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Related to burl: Burl Ives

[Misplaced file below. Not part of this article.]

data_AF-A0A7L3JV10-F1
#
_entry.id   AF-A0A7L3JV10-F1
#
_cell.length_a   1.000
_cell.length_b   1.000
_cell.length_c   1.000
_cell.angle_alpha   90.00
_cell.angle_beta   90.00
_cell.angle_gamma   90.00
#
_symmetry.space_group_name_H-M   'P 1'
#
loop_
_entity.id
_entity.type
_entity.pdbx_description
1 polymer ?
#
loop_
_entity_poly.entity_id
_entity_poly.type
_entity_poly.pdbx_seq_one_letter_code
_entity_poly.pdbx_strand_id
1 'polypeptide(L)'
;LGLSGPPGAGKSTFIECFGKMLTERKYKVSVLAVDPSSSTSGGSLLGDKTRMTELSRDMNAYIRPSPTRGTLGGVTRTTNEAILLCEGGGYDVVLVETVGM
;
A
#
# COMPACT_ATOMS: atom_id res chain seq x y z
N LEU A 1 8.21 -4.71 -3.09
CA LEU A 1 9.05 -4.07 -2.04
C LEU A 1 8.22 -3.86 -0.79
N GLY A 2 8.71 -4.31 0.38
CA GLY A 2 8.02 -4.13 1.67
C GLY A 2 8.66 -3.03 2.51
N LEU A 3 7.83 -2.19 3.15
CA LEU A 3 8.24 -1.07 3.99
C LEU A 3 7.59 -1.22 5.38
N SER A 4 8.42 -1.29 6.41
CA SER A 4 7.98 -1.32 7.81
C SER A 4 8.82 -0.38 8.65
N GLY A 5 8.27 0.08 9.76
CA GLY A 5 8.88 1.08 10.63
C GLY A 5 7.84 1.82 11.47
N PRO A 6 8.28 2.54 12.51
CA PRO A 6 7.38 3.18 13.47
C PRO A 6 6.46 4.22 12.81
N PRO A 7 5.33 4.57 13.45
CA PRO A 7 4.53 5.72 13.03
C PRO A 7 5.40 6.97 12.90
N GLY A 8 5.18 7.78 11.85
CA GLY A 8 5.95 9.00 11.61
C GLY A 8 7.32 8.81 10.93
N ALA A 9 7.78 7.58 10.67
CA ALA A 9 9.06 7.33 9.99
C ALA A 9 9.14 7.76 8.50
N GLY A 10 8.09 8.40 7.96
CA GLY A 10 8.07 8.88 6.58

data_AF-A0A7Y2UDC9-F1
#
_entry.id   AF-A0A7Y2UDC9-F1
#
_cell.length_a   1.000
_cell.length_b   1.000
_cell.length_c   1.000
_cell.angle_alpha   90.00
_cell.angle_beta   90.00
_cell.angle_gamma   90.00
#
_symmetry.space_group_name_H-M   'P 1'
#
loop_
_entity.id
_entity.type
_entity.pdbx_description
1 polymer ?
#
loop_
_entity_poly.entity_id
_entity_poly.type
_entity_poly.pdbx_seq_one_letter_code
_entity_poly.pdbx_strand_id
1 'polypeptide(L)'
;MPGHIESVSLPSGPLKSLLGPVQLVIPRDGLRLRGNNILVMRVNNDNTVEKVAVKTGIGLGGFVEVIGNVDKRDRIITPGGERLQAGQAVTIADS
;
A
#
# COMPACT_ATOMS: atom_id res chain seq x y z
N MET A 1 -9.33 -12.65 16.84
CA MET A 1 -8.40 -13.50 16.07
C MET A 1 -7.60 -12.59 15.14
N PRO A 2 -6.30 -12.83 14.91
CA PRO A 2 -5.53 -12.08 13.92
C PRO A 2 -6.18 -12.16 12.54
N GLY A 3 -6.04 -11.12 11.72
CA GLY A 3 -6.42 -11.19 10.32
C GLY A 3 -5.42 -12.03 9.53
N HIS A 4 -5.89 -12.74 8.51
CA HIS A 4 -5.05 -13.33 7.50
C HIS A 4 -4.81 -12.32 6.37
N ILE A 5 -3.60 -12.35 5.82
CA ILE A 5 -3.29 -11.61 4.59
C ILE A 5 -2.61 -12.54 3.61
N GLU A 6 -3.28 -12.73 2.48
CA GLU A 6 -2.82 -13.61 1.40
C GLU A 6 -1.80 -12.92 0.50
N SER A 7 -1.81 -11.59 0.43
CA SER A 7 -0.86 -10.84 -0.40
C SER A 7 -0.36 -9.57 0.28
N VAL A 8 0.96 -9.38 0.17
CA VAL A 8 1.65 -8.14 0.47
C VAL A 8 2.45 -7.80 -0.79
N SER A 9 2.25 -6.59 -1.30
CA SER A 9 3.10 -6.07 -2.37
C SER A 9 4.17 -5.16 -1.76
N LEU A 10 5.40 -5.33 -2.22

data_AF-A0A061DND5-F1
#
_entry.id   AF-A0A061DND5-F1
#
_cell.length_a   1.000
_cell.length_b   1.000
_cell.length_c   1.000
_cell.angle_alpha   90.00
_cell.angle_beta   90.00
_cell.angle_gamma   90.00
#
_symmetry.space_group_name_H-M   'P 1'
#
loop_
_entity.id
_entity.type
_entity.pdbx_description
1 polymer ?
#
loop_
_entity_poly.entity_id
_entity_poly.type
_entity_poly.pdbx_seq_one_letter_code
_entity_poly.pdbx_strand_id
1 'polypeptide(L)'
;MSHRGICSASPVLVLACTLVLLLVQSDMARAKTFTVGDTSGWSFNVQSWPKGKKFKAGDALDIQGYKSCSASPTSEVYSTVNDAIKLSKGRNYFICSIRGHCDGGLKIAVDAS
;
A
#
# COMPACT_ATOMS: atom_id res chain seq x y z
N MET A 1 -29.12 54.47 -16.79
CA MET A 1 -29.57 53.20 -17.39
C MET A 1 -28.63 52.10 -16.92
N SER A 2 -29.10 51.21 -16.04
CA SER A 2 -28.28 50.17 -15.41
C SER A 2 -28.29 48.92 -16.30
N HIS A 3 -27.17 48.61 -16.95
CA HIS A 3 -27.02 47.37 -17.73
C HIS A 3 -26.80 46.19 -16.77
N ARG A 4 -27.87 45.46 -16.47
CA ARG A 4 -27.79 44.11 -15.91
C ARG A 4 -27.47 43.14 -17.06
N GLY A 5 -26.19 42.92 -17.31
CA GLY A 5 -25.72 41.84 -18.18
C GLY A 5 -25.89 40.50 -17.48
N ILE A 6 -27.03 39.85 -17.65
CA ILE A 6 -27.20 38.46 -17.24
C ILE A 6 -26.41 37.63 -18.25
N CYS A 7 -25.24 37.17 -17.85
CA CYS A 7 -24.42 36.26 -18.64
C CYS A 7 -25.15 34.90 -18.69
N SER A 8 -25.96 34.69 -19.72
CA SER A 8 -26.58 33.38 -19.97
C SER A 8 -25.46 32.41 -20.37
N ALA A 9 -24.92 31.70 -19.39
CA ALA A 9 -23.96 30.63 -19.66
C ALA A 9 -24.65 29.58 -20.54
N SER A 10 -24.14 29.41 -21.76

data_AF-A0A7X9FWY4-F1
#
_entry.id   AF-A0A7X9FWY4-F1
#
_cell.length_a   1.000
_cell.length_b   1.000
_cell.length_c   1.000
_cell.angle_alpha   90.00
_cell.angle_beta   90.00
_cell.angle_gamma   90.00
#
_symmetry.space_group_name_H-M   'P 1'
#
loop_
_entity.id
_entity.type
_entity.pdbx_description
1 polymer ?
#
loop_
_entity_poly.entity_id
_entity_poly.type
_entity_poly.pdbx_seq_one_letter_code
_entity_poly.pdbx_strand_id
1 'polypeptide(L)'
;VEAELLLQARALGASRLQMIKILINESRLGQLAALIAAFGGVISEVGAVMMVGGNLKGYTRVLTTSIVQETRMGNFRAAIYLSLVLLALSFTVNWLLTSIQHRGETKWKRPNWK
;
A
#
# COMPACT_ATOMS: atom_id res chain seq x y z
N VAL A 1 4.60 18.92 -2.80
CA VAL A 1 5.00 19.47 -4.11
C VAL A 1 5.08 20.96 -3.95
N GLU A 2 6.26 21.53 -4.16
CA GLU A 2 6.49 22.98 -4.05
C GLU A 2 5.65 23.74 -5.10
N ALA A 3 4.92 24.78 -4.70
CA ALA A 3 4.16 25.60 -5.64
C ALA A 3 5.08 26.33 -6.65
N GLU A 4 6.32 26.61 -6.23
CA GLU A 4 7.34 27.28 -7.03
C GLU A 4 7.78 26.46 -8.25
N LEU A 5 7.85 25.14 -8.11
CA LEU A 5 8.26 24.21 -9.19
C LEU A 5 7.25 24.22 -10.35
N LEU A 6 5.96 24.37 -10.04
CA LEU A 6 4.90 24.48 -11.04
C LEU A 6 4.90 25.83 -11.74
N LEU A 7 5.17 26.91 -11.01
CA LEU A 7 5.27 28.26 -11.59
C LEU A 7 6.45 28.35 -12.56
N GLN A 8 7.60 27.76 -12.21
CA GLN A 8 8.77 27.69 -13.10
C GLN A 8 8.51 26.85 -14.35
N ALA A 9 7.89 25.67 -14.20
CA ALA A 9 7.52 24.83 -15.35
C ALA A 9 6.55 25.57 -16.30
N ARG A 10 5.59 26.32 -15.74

a distinctive excresence of the trunks, branches, and roots of leafy and, more rarely, coniferous trees. Burls apparently develop as a result of the damage done to trees by fires, fungi, and pasturing cattle. They appear where there is an overabundance of shoots and where dormant buds and adventitious buds grow closely together. In these areas of the tree there is also an intense development of cordate rays with the formation of tracheidal flexures and wood fibers (cross-grained wood). The wood in a burl grows 1½ to 3 times faster than the normal wood of a tree; it is also heavier and harder. The planes exposed after cutting have beautiful patterns. Burls are used by joiners, carvers, and turners as material for the production of small articles. The wood from burls is also used for veneers. Walnut burls, which reach a diameter of 1.5-2 m, are particularly valuable. In the USSR, walnut burls are found mainly in Middle Asia and, occasionally, in the Caucasus. Birch, linden, and alder burls are used in the production of particularly small items.